By Gareth H. Jenkins (vol. 4, no. 5 of the Turkey Analyst)
On February 28, 2011, the Kurdistan Workers’ Party (PKK) announced that it was abrogating its unilateral ceasefire first declared on August 13, 2010. Initially, the PKK had been expected to continue to abstain from violence until after the June 12, 2011 general election; after which Turkey’s ruling Justice and Development Party (AKP) has pledged to introduce a new, more liberal, constitution. However, recent months have witnessed growing frustration at the AKP’s refusal to clarify what concessions to Kurdish demands will be included in the new constitution; while a large number of Kurdish nationalists have been arrested and prosecuted on poorly substantiated charges.
By Halil M. Karaveli (vol. 4, no. 4 of the Turkey Analyst)
In the deeply polarized climate that pervades Turkish society, it has become near-impossible to stake out an ideological terrain that would enable the country to come to terms with an authoritarianism that is in fact a generalized phenomenon haunting the country. There is a compulsion to take sides either for the AKP or for the generals, who are convicted or acquitted depending on political preferences. Liberal values, on the other hand, risk being sacrificed as Turkey neglects to take a comprehensive look at its authoritarian past and present.
By Halil M. Karaveli and Svante E. Cornell (vol. 4, no. 3 of the Turkey Analyst)
Turkey’s leaders have embraced the popular revolts in Egypt and other Middle Eastern countries, with Prime Minister Recep Tayyip Erdoğan and President Abdullah Gül publicly urging Egyptian President Hosni Mubarak to respect the will of the people and resign. Yet where authoritarian regimes are Islamic as in Iran and Sudan, Ankara has propped them up and refrained from any criticism; only where Islamists are in opposition has the Turkish government come out in support of change to the status quo and “democracy”. In fact, the AKP foreign policy is in ever clearer terms motivated primarily by Islamic solidarity and ideology. Contrary to expectations that Turkey will serve as a moderate example to emulate for the forces that clamor for change in the Middle East, the convulsions in the Arab world risk giving further impetus to Islamic radicalization in Turkey itself.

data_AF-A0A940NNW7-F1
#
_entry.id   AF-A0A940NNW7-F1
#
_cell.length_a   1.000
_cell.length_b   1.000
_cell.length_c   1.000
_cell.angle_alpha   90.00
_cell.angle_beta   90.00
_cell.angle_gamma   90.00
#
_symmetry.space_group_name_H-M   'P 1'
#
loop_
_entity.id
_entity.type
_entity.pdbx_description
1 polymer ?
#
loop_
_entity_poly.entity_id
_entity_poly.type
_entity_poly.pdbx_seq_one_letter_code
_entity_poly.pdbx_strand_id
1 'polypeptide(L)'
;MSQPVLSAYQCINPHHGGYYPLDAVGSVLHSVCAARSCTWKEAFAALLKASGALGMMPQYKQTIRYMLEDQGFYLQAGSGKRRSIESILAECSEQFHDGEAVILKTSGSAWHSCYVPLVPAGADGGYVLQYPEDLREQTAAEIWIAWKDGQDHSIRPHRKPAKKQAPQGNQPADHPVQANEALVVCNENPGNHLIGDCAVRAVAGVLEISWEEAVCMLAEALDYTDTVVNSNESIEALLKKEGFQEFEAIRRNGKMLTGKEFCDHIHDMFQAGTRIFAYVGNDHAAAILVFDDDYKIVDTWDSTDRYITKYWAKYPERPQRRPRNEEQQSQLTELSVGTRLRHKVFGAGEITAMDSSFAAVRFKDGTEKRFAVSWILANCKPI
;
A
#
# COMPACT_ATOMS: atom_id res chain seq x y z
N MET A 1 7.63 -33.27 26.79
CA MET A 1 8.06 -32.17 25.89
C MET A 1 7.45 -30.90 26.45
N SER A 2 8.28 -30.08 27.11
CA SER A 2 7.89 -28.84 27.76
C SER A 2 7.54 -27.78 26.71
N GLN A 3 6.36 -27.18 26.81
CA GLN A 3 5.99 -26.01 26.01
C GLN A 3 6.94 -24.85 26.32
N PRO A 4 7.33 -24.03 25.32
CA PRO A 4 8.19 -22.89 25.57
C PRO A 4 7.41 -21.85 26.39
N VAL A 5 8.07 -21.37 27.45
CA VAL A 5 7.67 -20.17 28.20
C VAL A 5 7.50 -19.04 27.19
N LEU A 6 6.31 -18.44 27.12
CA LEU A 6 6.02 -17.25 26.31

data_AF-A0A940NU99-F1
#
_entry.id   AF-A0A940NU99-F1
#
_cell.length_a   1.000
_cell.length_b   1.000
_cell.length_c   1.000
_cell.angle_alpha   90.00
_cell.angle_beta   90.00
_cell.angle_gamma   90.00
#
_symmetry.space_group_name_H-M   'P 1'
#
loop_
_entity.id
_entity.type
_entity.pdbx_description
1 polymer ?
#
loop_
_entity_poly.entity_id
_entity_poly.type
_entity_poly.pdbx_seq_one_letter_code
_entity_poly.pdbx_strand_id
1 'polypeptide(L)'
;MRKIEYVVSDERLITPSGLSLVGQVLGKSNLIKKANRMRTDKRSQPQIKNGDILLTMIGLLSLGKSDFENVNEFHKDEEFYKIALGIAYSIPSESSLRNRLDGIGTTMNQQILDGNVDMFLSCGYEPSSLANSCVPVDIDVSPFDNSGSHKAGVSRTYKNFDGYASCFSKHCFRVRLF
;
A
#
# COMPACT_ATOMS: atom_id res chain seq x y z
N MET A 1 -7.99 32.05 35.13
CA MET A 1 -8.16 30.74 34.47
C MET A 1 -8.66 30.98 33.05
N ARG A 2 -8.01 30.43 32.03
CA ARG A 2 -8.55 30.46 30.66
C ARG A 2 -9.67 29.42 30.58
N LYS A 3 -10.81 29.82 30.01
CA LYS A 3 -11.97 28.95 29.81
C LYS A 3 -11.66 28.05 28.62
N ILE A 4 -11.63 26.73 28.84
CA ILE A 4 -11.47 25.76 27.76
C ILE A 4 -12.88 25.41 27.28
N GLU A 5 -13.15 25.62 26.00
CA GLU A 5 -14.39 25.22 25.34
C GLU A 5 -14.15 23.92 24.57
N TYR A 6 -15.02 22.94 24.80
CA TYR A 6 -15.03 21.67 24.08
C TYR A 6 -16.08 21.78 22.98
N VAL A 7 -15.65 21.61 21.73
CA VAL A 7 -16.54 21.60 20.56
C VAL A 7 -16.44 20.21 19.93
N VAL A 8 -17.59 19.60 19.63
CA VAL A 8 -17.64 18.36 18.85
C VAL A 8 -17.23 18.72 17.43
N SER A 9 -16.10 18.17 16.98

By Gareth H. Jenkins (vol. 4, no. 3 of the Turkey Analyst)
A package of judicial reforms recently submitted to parliament by Turkey’s ruling Justice and Development Party (AKP) proposes a radical overhaul of the country’s appeal processes. The AKP’s supporters claim that the changes will transform Turkey’s overburdened and largely dysfunctional legal system. The government’s opponents maintain that they represent an attempt by the AKP to pack the court system with its own appointees and destroy the last vestiges of judicial independence.
By Halil M. Karaveli (vol. 4, no. 2 of the Turkey Analyst)
The liberals who were instrumental in legitimating the ascension of the Justice and development party (AKP) are now dramatically revoking their support for the Islamic conservatives. Its erstwhile allies accuse the AKP of seeking to reintroduce a culturally conservative version of the old regime of state tutelage. Yet it is simply beyond the power of the state to impose an ideological straitjacket on Turkey, be it Kemalist or Islamist.
The Turkey Analyst is a publication of the Central Asia-Caucasus Institute & Silk Road Studies Joint Center, designed to bring authoritative analysis and news on the rapidly developing domestic and foreign policy issues in Turkey. It includes topical analysis, as well as a summary of the Turkish media debate.